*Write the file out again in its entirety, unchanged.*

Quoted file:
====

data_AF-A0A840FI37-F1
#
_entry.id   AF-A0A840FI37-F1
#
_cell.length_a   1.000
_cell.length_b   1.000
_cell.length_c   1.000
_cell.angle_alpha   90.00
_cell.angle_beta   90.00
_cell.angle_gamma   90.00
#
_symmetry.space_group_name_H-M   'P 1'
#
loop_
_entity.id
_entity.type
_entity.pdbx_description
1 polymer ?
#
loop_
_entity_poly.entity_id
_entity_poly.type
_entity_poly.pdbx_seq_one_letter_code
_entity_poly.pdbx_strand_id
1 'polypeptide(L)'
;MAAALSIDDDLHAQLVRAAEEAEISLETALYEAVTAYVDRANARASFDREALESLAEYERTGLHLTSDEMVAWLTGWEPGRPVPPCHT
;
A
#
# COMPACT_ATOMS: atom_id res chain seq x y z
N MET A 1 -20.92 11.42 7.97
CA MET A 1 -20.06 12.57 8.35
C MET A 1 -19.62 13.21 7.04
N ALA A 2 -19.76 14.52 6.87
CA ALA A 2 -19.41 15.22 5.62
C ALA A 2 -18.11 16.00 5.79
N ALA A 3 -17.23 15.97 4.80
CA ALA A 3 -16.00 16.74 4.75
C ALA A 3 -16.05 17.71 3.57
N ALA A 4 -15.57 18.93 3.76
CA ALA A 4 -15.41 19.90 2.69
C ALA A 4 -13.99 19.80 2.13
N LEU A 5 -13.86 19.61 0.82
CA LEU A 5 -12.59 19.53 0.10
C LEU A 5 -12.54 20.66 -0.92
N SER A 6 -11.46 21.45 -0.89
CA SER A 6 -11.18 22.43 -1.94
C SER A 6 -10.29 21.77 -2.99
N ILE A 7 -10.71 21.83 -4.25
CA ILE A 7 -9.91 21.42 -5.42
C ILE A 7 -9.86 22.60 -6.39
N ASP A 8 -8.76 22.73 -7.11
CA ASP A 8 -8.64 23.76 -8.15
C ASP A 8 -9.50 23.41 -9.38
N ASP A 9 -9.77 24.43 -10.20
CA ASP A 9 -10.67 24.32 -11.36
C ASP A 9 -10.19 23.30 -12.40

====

data_AF-A0A840FI37-F1
#
_entry.id   AF-A0A840FI37-F1
#
_cell.length_a   1.000
_cell.length_b   1.000
_cell.length_c   1.000
_cell.angle_alpha   90.00
_cell.angle_beta   90.00
_cell.angle_gamma   90.00
#
_symmetry.space_group_name_H-M   'P 1'
#
loop_
_entity.id
_entity.type
_entity.pdbx_description
1 polymer ?
#
loop_
_entity_poly.entity_id
_entity_poly.type
_entity_poly.pdbx_seq_one_letter_code
_entity_poly.pdbx_strand_id
1 'polypeptide(L)'
;MAAALSIDDDLHAQLVRAAEEAEISLETALYEAVTAYVDRANARASFDREALESLAEYERTGLHLTSDEMVAWLTGWEPGRPVPPCHT
;
A
#
# COMPACT_ATOMS: atom_id res chain seq x y z
N MET A 1 -20.92 11.42 7.97
CA MET A 1 -20.06 12.57 8.35
C MET A 1 -19.62 13.21 7.04
N ALA A 2 -19.76 14.52 6.87
CA ALA A 2 -19.41 15.22 5.62
C ALA A 2 -18.11 16.00 5.79
N ALA A 3 -17.23 15.97 4.80
CA ALA A 3 -16.00 16.74 4.75
C ALA A 3 -16.05 17.71 3.57
N ALA A 4 -15.57 18.93 3.76
CA ALA A 4 -15.41 19.90 2.69
C ALA A 4 -13.99 19.80 2.13
N LEU A 5 -13.86 19.61 0.82
CA LEU A 5 -12.59 19.53 0.10
C LEU A 5 -12.54 20.66 -0.92
N SER A 6 -11.46 21.45 -0.89
CA SER A 6 -11.18 22.43 -1.94
C SER A 6 -10.29 21.77 -2.99
N ILE A 7 -10.71 21.83 -4.25
CA ILE A 7 -9.91 21.42 -5.42
C ILE A 7 -9.86 22.60 -6.39
N ASP A 8 -8.76 22.73 -7.11
CA ASP A 8 -8.64 23.76 -8.15
C ASP A 8 -9.50 23.41 -9.38
N ASP A 9 -9.77 24.43 -10.20
CA ASP A 9 -10.67 24.32 -11.36
C ASP A 9 -10.19 23.30 -12.40